How to Become a Teacher

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How to Become a Teacher

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Do you enjoy passing on your knowledge to other people? If so, a career in education could be right up your street – but it takes a few years to train, so it's crucial to learn how to become a teacher as early as you can.

You might be surprised to learn that teaching isn't confined to the classroom – there are many different teaching jobs out there that can be hugely rewarding. In this post, we'll cover everything you need to know about how to become a teacher.

What types of teaching jobs are out there?

Teaching assistant in a classroom
Teaching doesn't have to be classroom-based

Teaching is a lot more diverse than simply standing at the front of a class reciting facts. Here are just some of the teaching jobs that you can consider below:

Nursery teaching

Nursery teaching can be a great career choice, especially if you'd prefer working with children under the age of five. Don't get the wrong impression though – working with young children isn't a walk in the park and you'll need bundles of energy to keep up with them.

Primary school teaching

Primary school teachers work with children aged from five to 12. As a primary school teacher, you'll be responsible for teaching all the core subjects – Englishmaths, science as well as other subjects like modern foreign languages and art and design. As you'll be working from year to year across a broad spectrum of age groups, the level at which you teach these subjects will vary.

Secondary school teaching

This is the level most people think about when they think of teaching. As a secondary school teacher, you'll typically specialise in teaching one or two subjects at GCSE and A-level. As a secondary school teacher, you'll also be expected to take on extra responsibilities, such as running after-school clubs or being involved with school committees.

Private tutoring

If you think you'd prefer to teach with people on a one-to-one basis, then private tutoring could be a good career path for you. As a private tutor you could end up teaching children or adults in your specialist subjects. Although you don't need a teaching qualification to work as a private tutor, you will need to have good grades at GCSE and A-level and having a degree is recommended.

Teaching English as a Foreign Language

If English language is your thing, then you could really enjoy teaching foreign students the English Language. To work as an English as a foreign language Teacher, you'll need to have a TEFL, CELTA or equivalent qualification. One of the best things about working as an English as a Foreign Language Teacher is that there are lots of opportunities to work abroad.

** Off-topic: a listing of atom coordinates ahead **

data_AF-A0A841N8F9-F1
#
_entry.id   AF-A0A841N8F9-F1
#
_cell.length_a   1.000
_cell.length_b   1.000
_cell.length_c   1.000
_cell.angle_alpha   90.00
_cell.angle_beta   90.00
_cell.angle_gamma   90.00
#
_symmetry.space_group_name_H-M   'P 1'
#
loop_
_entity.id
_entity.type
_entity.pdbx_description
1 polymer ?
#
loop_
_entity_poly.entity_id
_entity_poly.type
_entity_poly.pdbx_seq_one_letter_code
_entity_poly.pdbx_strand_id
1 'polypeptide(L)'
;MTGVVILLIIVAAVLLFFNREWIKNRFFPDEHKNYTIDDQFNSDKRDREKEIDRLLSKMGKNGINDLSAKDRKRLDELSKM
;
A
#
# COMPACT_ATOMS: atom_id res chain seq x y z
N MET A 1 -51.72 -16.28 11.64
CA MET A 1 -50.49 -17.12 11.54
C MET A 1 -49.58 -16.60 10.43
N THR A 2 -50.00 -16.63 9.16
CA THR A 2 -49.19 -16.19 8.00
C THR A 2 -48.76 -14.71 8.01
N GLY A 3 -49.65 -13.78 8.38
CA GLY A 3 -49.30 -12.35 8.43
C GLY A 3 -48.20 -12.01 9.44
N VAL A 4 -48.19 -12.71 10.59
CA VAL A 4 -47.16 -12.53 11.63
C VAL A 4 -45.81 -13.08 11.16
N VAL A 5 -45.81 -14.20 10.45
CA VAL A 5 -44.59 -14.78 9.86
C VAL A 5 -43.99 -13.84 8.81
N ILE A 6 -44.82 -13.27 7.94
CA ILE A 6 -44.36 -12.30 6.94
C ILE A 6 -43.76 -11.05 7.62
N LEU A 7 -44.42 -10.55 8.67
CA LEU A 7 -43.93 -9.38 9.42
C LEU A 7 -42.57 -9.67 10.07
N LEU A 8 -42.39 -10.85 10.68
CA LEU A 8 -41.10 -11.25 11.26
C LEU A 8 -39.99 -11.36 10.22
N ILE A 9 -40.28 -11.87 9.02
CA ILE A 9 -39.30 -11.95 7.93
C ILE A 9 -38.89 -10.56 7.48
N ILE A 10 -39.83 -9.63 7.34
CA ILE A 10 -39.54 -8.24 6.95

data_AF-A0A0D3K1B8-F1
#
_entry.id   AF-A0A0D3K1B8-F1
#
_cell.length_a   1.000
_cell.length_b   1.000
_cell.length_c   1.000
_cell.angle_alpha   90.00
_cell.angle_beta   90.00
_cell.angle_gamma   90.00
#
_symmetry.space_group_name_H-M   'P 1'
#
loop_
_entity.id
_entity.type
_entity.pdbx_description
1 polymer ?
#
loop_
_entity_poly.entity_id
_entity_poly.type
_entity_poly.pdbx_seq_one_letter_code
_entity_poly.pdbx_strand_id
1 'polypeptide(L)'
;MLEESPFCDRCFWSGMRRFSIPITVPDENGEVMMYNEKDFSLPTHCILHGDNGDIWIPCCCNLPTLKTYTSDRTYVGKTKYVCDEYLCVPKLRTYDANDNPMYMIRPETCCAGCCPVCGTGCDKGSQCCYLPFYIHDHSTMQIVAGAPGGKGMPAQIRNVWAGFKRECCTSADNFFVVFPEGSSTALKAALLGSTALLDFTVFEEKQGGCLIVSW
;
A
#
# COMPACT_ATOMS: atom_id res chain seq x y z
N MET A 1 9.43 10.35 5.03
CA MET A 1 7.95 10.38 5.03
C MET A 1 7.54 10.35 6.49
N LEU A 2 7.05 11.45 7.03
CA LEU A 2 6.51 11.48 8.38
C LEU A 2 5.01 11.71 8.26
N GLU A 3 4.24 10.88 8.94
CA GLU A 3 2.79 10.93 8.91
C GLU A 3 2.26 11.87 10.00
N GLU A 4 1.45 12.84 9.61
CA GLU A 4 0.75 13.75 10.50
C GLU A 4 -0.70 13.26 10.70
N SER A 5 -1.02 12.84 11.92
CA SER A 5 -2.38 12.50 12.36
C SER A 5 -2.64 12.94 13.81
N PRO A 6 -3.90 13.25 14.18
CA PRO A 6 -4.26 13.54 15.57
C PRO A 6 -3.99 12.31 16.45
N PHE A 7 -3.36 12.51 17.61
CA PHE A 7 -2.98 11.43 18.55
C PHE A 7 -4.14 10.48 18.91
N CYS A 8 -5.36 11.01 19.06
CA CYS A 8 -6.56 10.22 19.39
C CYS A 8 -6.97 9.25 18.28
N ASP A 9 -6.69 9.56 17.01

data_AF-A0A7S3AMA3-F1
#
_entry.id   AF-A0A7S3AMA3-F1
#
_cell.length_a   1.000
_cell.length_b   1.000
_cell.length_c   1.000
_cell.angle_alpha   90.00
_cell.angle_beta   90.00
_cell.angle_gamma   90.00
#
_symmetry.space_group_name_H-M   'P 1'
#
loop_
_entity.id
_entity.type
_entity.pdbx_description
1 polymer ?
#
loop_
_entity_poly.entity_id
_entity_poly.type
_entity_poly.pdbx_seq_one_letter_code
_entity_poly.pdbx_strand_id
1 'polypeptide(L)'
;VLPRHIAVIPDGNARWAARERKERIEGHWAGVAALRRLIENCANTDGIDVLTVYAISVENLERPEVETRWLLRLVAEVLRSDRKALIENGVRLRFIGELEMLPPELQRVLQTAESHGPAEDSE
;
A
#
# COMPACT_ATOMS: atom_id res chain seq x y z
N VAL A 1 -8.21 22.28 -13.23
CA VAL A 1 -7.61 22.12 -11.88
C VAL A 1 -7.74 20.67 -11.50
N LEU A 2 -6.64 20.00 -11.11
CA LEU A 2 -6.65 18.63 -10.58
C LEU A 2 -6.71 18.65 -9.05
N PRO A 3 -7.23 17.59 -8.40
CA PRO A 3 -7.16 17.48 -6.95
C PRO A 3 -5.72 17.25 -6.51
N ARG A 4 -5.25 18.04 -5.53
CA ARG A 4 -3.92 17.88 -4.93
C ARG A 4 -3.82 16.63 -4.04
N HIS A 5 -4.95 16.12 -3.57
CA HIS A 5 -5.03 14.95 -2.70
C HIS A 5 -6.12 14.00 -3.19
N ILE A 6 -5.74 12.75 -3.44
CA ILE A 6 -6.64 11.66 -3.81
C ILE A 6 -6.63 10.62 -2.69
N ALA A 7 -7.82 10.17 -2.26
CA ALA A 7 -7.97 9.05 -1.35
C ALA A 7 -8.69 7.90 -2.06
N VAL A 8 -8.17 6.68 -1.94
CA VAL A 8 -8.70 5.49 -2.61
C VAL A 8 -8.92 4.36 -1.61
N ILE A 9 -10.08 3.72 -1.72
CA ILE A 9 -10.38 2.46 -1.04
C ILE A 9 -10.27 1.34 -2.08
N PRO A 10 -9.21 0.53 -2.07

Specialist teaching

Most specialist teachers start out teaching secondary school and then decide to specialise in a specific area of education. For example, you could become a dyslexia teacher, a dyscalculia teacher or a school guidance teacher. Specialist teachers are often in high demand in secondary schools.

'Teaching isn't only confined to the classroom - there are many different types of teaching jobs out there.'

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Won't I just be doing the same job for my whole career?

No. It might not seem obvious, but there are lots of ways you can develop as a teacher, from taking on a management job by becoming year or department head, or by specialising – for example, you could work with students with special educational needs. In this video, teachers talk about some of the ways you can progress:

What skills do I need to become a teacher?

Science teacher with student
Above all else, communication skills are essential to become
a teacher

To become a teacher nowadays, you need to have a whole range of skills beyond knowing your subject matter inside out. As well as being able to communicate on a one-to-one basis with students, you also need to be able to communicate with a whole class, not to mention other teachers and parents. Here are some of the most important skills you need to become a teacher:

Good communications skills

Right at the top of the list, communication skills are extremely important in teaching. You need to be able to adapt the way you communicate with people on a daily basis to ensure that they understand what you're teaching. Speaking with younger students, for example, requires a different communication style from teaching adult learners.

Time management skills

As a teacher, you'll need to be able to manage your time effectively. If you're a primary school teacher, you'll need to make sure that you cover everything you need to teach for that day. If you're teaching in secondary school, you'll need to know exactly what you're teaching in all your different classes for that week.

Organisation skills

This one goes hand-in-hand with time management. As a teacher, you need to be organised, particularly in regards to lessons. Every lesson that you teach will require pre-planning and you'll need to gather all the resources you'll need for the week ahead of time. You'll also need to consider what will happen if your plans change, how will you adapt lessons to account for timetable changes etc.?

Classroom management skills

The last one on this list is classroom management skills as it's a skill you can only really develop by being in a classroom teaching. As a teacher, you need to know how to motivate a class full of students while making sure that you have control over the lesson. On occasion, you'll also need to be able to reprimand students for inappropriate behaviour.

What qualifications do I need to become a teacher?

Group of students studying
In most cases, a teaching career requires you to have a degree

Because there are many different types of teaching jobs out there, the qualifications that you need to become a teacher can vary. The most common way that people become teachers is to study for a degree at university, although it is possible to become a teacher without a degree.

If you have your sights set on being a secondary school teacher for example, then you might want to consider doing Initial Teacher Education or Training (ITET) such as a Postgraduate Certificate in Education (PGCE). This gives you qualified teacher status (QTS), which then allows you to apply for classroom teaching jobs.

In order to be accepted on to an ITET university course, you'll need to have the following qualifications/background checks:

  • GCSEs in English, maths and science at grades A to C
  • A pass in literary and numeracy skills tests
  • Enhanced background checks from the Disclosure and Barring Service (DBS)

Once you are accepted on to a teaching course at university, you'll also need to gain some teaching experience before you can apply for jobs. This is normally done as part of your degree course, but having extra experience of working in a classroom is highly recommended.

Which brings us to our next point...